After the meeting closed, the members of the Rockhampton church were called together in the reception tent, and I visited with them for one hour. Then I became strongly impressed that it was my duty to go to Rockhampton. I acted upon this impression, and gave the people the appointment to carry with them. I am glad now that I went, although it was a time of affliction and suffering for me. I was overworked, and was made to understand that I was still mortal. I was in a burning fever and could not eat. The cars did not run at night, but we found a favorable place to sleep at a hotel. Next morning we were on the cars for a five hours’ ride to Gladstone, a little place by the seaside. Then we took the steamer for Rockhampton. We slept on board. It was a hard night for me, but the Lord sustained me. 13LtMs, Lt 109, 1898, par. 11

I was congratulating myself that I would not be expected to speak until Sabbath, but on arriving at Rockhampton, we learned that notices had been printed and sent out everywhere that Mrs. White would speak on Wednesday evening. Our stopping place was at Brother _____’s, four miles out of the city, and it would be necessary for me to return this distance that night, speak to the people, and then ride back again after nine o’clock. Sick and weak as I was, this was not a very pleasing prospect, but there was no release for me. The Lord strengthened me, and I fulfilled my appointment. 13LtMs, Lt 109, 1898, par. 12

On Sabbath W. C. White spoke in the forenoon. I spoke in the afternoon. The Spirit of the Lord came upon me, and I bore a solemn testimony to them. I had a most earnest testimony to bear, reproving them because they had not followed on to know the Lord, because they had not acted as Christ’s representatives. They had professedly received the truth, but had not been growing up to the full stature of men and women in Christ Jesus. 13LtMs, Lt 109, 1898, par. 13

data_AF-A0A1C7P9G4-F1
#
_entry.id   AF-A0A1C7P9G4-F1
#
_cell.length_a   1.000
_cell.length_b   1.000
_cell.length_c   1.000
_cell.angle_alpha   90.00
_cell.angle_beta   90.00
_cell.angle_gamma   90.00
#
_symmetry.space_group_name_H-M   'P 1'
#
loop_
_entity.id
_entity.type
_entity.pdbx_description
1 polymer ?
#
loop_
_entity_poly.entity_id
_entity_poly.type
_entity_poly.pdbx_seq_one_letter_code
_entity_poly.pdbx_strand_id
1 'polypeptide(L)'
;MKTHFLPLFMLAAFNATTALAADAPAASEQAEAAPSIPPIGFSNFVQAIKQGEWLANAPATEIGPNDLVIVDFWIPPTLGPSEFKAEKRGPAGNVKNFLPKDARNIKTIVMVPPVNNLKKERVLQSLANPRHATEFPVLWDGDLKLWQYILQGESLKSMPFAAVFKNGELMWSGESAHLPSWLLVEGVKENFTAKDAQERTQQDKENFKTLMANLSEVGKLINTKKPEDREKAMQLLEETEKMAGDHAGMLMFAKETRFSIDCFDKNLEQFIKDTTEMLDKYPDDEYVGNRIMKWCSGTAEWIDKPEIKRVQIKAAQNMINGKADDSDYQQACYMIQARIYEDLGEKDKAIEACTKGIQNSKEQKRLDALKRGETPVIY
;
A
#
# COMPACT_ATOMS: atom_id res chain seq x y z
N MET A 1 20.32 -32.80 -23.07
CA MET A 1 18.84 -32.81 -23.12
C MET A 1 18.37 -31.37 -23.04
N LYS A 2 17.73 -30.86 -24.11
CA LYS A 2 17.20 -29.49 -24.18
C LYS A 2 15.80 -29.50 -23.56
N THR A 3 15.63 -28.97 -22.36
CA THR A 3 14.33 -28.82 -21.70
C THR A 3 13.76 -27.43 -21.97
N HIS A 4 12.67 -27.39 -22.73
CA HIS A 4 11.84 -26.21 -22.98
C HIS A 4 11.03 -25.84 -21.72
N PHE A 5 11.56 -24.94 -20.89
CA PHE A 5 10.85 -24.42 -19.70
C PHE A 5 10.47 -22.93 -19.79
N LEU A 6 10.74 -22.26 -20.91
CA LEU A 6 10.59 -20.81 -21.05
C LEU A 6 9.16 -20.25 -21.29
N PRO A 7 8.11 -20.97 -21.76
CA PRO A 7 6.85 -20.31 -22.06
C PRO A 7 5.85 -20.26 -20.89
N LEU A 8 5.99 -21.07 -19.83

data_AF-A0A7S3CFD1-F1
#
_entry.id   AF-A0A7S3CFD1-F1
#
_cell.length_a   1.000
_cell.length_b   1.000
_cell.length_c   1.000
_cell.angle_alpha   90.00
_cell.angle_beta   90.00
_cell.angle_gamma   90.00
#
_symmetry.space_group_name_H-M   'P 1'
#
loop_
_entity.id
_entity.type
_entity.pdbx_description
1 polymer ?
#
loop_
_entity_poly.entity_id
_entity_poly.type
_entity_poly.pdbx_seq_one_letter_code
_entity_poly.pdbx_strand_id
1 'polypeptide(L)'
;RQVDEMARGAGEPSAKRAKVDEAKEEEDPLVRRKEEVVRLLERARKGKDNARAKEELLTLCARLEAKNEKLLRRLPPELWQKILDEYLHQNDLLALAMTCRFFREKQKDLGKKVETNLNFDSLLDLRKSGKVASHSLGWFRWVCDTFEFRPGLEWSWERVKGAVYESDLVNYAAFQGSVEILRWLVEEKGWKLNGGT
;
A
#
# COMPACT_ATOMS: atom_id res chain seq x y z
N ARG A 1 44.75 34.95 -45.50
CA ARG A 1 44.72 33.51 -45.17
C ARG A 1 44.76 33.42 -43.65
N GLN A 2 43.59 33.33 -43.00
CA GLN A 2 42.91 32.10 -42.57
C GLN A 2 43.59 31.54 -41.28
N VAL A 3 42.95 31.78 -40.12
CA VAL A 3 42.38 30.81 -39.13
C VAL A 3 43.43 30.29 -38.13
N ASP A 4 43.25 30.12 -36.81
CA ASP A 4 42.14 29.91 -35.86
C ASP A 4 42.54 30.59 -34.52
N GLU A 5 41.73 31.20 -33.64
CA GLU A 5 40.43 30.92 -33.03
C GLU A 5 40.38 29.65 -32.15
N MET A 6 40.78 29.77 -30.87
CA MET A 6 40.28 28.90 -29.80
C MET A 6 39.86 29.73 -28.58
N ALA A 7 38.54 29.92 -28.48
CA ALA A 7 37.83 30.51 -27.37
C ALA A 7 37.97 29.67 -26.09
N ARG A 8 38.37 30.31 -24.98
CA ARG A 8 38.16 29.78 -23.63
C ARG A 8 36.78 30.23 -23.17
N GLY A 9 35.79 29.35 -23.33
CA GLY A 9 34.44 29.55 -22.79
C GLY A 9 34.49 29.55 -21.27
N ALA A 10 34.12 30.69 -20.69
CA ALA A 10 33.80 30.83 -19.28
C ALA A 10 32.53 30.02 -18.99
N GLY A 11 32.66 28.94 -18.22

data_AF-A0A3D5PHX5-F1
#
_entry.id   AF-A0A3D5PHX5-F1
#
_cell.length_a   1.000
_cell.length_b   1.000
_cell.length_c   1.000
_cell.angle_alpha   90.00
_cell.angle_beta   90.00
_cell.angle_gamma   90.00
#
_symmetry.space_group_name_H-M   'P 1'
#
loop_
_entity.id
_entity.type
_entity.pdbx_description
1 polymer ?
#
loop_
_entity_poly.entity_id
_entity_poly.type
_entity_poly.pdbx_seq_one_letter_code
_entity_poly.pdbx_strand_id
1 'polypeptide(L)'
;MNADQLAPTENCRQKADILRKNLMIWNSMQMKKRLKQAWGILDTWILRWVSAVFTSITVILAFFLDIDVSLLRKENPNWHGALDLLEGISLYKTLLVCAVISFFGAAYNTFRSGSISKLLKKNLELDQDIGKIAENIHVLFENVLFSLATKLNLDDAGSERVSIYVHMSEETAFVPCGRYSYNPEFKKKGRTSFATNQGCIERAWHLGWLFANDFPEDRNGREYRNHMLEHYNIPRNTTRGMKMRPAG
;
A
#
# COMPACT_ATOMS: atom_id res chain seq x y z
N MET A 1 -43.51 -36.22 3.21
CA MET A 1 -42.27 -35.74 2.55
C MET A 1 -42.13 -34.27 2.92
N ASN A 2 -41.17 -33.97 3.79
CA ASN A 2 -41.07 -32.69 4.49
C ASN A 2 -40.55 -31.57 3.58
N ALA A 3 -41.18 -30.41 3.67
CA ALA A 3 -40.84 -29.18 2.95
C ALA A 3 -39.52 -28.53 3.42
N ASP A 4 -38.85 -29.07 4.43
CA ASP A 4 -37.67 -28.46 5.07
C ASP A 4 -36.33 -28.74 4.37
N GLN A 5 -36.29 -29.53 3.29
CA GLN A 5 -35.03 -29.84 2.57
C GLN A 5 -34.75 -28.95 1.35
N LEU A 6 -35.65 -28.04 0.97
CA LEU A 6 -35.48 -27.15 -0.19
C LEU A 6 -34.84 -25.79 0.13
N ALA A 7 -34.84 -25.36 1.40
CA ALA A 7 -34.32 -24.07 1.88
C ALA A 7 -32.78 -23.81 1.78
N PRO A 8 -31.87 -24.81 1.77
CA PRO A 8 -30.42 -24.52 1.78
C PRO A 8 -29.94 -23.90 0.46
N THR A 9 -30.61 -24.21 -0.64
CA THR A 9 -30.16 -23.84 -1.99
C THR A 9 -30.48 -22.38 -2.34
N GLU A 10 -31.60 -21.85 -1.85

I told them that they could represent Christ, that they were to be no more children, but men and women of moral worth; for Christ, who had begun a good work in them, would finish the work of salvation. The Saviour, who gave Himself a ransom for our sake, that we might have eternal life had, as the Author of our faith, undertaken the work, and He would complete it. I asked them if they were willing to yoke up with Christ, to co-operate with Him, and act their part, that they might be honored as overcomers through the blood of the Lamb and the word of their testimony. Nearly all humbled their hearts before God, and confessed their weakness. We were thankful to see the spell of the enemy broken. 13LtMs, Lt 109, 1898, par. 14

On Monday evening we rode into Rockhampton. The church was assembled in Brother _____’s house, and I spoke to them for one hour. Then we went to the boat, two miles distant. I was sick that night, very sick, not because of the motion of the boat, but because of the number of women and children who were crowded into the ladies’ saloon. Only a curtain separated the ladies’ side of the saloon from the gentlemen’s, and on both sides of the curtain numbers were sleeping on the floor, as well as on the seats. The windows could not be opened sufficiently because of the children. I felt like one wrestling for a breath of life. 13LtMs, Lt 109, 1898, par. 15